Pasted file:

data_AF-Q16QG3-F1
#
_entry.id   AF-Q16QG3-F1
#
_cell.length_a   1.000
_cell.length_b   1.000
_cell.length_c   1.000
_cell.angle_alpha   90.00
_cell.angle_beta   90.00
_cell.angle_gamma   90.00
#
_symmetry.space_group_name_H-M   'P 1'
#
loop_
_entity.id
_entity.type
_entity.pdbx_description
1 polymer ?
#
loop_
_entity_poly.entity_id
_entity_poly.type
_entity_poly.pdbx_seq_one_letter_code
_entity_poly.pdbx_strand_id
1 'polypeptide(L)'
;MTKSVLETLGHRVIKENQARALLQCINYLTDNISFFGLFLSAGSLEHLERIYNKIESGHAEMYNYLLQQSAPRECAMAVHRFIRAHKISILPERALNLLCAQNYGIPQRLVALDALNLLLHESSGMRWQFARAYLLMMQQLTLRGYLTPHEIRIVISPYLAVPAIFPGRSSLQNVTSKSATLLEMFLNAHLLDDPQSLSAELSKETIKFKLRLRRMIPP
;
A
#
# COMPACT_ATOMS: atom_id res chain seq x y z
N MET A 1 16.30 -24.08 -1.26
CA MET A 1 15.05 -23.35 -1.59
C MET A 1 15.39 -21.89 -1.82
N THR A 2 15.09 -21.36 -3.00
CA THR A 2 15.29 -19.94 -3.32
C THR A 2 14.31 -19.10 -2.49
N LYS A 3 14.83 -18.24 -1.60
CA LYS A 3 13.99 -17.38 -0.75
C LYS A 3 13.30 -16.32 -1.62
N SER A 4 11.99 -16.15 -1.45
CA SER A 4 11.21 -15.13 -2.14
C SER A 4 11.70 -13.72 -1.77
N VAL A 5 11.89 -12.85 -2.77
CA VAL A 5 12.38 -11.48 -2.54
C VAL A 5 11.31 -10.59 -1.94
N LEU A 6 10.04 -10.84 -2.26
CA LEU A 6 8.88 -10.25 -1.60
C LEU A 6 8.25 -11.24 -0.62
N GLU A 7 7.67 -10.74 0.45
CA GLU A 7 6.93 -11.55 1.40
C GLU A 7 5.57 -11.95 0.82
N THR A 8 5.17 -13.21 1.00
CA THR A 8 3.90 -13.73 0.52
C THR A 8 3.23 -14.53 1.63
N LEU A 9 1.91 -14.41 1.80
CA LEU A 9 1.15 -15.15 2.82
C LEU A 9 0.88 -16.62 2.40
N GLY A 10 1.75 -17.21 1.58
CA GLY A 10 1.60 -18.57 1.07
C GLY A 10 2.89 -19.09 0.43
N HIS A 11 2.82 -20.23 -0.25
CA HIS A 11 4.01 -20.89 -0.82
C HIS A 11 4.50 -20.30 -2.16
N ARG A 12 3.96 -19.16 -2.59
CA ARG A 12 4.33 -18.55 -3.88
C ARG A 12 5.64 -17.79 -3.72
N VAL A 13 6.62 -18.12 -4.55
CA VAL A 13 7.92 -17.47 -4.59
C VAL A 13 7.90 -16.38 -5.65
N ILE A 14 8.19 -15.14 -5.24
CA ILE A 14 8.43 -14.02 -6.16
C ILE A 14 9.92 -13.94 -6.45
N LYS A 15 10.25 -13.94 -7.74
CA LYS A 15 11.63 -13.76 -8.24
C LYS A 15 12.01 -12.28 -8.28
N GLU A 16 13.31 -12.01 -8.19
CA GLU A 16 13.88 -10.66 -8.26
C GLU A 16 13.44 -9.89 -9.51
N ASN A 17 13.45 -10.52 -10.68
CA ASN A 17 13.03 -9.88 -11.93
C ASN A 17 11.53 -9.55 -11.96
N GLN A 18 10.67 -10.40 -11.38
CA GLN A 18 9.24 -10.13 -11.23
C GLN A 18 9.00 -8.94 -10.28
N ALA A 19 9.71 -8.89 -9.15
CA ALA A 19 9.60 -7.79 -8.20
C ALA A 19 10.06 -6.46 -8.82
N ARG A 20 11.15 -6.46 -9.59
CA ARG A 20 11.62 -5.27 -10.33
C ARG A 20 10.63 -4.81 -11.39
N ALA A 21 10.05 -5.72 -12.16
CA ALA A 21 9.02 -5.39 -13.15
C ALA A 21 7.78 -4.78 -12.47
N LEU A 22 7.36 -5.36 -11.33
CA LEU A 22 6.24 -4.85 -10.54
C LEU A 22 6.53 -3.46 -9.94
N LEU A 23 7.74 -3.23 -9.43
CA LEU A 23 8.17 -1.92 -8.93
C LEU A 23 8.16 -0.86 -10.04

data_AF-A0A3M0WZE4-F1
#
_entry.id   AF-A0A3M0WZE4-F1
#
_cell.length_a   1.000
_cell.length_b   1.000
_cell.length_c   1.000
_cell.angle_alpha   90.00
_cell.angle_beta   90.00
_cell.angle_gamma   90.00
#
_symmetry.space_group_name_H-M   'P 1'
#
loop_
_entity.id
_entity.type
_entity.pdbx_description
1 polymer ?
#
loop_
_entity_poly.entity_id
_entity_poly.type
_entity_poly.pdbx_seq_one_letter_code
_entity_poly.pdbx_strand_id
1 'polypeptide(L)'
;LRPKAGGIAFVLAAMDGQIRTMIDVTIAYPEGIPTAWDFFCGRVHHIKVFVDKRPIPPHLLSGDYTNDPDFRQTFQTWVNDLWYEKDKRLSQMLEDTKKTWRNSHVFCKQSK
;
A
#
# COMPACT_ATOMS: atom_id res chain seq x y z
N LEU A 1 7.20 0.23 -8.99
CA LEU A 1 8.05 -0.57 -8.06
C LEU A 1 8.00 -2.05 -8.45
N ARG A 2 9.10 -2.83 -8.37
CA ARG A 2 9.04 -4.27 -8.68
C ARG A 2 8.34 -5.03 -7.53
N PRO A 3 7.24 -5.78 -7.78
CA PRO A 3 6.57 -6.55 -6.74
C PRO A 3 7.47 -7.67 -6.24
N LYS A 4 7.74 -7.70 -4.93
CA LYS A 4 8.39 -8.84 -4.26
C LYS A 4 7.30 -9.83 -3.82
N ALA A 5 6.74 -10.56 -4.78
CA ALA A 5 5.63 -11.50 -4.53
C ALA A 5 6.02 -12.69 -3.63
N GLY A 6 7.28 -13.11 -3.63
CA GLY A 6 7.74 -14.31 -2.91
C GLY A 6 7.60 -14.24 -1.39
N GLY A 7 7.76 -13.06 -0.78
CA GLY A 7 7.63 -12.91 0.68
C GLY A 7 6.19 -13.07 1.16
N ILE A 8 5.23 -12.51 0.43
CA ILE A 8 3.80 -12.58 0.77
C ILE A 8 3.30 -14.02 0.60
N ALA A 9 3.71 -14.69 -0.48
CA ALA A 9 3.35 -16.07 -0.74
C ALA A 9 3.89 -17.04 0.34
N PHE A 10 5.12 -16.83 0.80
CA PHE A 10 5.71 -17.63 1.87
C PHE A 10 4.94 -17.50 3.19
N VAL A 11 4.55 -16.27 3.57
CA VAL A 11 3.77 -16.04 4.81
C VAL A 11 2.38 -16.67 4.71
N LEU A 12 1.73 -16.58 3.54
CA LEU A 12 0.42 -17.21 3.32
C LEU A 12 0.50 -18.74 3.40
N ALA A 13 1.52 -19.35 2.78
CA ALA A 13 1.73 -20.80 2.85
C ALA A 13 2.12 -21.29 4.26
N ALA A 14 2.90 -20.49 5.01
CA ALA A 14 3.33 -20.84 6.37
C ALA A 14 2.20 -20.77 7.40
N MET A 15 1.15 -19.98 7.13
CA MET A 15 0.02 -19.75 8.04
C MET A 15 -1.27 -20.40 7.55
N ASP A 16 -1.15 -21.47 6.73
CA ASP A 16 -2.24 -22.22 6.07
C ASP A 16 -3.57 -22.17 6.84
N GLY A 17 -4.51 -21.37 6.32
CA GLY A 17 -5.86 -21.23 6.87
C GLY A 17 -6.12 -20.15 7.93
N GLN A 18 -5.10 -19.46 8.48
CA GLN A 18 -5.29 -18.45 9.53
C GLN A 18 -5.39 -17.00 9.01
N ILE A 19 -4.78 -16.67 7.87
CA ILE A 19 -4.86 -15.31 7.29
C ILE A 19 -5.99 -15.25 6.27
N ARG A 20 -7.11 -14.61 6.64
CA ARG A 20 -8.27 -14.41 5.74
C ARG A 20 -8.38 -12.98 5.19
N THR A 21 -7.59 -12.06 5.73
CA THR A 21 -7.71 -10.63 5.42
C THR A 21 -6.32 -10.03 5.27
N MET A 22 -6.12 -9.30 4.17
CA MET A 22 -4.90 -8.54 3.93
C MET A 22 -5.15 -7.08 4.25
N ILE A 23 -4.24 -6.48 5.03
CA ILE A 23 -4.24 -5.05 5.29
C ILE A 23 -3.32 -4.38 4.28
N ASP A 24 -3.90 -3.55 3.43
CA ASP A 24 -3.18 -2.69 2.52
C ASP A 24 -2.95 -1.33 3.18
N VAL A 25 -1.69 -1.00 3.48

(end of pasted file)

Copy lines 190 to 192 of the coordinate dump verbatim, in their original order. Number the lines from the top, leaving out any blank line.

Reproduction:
N THR A 21 -7.59 -12.06 5.73
CA THR A 21 -7.71 -10.63 5.42
C THR A 21 -6.32 -10.03 5.27